Luther used to say, “I would rather fall with Christ than stand with Cæsar;” and might you not say you would rather be with Christ in poverty than with anybody else in all the glory and grandeur of this world? Once love Christ, and you will never be content to be far away from him. You will say with the spouse, “As the apple tree among the trees of the wood, so is my beloved among the sons. I sat down under his shadow with great delight, and his fruit was sweet unto my taste.” Friend, how long is it since you had fellowship with Christ? Ask the question round, brethren. Each man, and each woman, answer it. You are a believer, your faith is in Christ; how long is it since you have seen your Master? How long since you have talked with him? How long since he has spoken to you? Pass that question round again, I say, and let every man answer it. I am afraid there be some Christians who have not communion with Christ by the month together, nay, I fear by the year together. Oh, what Christians must you be. Where is that wife’s love who never wishes for a husband’s smile all through the year? Were there much affection between two friends who could live in the same house, and not speak? Oh, brothers and sisters, let us examine ourselves, and begin to doubt if we can be happy without fellowship with Christ.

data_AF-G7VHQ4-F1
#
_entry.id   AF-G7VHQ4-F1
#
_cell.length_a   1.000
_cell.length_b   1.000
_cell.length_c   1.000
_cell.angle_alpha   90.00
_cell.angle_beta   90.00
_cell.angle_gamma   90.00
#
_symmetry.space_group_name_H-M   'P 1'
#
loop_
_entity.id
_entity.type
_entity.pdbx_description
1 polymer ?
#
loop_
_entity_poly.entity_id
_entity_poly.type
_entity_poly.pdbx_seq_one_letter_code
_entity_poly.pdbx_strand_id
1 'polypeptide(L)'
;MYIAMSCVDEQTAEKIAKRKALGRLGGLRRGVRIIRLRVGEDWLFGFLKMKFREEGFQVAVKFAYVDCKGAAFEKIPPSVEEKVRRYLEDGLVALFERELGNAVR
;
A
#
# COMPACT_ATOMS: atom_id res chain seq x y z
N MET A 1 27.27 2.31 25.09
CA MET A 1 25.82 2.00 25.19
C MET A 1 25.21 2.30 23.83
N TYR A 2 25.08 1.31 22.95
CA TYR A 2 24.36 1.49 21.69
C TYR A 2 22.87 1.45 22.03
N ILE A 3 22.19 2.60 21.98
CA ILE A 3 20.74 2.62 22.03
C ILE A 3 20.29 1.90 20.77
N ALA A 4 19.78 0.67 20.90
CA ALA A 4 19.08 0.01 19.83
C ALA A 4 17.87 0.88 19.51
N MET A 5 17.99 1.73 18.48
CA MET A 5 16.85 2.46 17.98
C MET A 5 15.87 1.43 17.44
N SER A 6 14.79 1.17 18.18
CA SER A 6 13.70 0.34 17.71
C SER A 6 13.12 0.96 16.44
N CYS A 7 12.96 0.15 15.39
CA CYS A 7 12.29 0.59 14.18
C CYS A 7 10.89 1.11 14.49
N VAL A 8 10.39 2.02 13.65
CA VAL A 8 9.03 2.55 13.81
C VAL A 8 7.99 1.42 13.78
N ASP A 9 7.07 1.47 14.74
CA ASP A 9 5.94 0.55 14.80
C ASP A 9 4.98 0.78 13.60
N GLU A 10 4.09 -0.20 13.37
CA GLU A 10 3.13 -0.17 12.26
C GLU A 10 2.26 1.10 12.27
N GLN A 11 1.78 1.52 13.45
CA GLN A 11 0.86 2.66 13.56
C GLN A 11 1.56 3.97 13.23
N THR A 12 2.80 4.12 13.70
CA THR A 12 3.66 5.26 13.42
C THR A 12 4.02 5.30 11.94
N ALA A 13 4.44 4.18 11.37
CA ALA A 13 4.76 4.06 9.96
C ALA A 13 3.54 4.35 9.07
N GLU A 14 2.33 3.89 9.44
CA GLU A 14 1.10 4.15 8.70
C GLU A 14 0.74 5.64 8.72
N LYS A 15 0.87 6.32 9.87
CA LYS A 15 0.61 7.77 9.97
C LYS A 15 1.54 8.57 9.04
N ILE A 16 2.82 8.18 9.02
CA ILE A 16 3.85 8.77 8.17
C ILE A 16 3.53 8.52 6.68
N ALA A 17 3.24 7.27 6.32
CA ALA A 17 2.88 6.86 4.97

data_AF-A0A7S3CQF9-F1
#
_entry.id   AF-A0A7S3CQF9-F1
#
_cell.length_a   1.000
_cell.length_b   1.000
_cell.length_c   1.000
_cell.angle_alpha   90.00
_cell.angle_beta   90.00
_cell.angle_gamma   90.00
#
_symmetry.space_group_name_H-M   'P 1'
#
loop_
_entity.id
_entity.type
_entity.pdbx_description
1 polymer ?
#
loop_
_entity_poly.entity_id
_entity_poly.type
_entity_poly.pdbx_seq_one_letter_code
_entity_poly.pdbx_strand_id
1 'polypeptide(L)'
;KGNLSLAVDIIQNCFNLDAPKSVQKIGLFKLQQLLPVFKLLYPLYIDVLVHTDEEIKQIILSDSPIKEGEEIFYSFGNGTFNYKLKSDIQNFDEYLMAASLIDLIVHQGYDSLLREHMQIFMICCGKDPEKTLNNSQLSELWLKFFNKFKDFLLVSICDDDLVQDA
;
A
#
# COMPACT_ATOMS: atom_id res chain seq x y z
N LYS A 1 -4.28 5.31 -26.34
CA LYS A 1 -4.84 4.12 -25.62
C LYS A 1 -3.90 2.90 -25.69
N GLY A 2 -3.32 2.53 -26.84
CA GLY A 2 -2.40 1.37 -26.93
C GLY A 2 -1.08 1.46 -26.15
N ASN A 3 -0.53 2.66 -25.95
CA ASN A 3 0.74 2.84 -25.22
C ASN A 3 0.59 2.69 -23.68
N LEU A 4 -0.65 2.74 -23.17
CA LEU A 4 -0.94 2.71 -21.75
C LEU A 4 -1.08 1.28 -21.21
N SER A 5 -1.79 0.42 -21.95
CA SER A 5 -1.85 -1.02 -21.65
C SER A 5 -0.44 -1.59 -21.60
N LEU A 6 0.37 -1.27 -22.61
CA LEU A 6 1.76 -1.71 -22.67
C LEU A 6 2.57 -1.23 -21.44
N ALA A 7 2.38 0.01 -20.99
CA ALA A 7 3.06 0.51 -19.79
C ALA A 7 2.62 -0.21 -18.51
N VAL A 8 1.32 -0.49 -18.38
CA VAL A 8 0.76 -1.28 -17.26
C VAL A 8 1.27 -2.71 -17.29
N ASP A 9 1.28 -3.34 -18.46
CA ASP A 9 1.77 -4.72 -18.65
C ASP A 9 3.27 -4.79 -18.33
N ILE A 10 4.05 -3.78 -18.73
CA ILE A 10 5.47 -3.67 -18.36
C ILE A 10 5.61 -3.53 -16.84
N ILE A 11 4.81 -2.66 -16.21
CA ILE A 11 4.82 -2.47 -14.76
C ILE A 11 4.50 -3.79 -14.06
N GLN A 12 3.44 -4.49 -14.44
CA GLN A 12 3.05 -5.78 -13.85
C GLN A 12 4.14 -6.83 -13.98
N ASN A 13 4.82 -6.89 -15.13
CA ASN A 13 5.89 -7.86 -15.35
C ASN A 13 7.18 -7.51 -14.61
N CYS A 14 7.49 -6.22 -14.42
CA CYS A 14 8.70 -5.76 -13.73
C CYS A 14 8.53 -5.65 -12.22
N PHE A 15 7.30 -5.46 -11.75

The only way to kill a Christian would be to take Christ from him.

Charles Haddon Spurgeon


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308. The Parable of the Sower — Luke 8:4–8

Of the good soil, as you will mark, we have but one in four. Ah I would to God there were one in four of us here, with well-prepared hearts to receive the Word
– C.H.S.


“And when much people were gathered together, and were come to him out of every city, he spake by a parable: a sower went out to sow his seed: and as he sowed, some fell by the way side; and it was trodden down and the fowls of the air devoured it. And some fell upon a rock; and as soon as it was sprung up, it withered away, because it lacked moisture. And some fell among thorns; and the thorns sprang up with it, and choked it. And other fell on good ground, and sprang up, and bare fruit an hundredfold. And when he had said these things, he cried, He that hath ears to hear, let him hear.”—Luke 8:4–8.

Main Points:

1. Way-side hearers – 7:42
2. Stony-ground hearers – 21:40
3. Thorny-ground hearers – 33:57
4. Good-ground hearers – 42:14

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The following are select quotes from this sermon.